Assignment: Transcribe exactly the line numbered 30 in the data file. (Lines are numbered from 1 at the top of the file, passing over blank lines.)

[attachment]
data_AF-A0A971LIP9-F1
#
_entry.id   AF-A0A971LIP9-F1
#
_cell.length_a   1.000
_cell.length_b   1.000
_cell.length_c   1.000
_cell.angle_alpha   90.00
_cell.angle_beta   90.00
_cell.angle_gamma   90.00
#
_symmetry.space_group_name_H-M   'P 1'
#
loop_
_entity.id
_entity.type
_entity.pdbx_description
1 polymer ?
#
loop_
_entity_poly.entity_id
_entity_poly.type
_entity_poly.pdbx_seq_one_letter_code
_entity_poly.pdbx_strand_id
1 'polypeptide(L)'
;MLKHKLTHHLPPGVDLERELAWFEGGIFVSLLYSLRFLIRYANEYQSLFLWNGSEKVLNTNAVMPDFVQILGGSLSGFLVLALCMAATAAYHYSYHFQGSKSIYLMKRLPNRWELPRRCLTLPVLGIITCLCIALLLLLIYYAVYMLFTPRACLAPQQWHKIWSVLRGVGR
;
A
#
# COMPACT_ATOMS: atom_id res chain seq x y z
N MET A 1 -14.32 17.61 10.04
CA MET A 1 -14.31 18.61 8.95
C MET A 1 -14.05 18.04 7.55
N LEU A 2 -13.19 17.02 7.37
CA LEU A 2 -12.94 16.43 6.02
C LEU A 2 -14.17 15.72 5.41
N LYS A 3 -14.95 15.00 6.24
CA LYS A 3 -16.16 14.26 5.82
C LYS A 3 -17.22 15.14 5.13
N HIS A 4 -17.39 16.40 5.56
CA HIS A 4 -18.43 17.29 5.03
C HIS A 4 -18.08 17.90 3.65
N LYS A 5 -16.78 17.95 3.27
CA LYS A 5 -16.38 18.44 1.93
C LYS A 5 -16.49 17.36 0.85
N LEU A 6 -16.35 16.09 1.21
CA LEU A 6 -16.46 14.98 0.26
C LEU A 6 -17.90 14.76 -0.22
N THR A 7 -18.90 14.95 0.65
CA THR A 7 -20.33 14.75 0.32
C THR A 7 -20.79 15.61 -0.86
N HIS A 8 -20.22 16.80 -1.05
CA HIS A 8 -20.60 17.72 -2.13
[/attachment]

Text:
# COMPACT_ATOMS: atom_id res chain seq x y z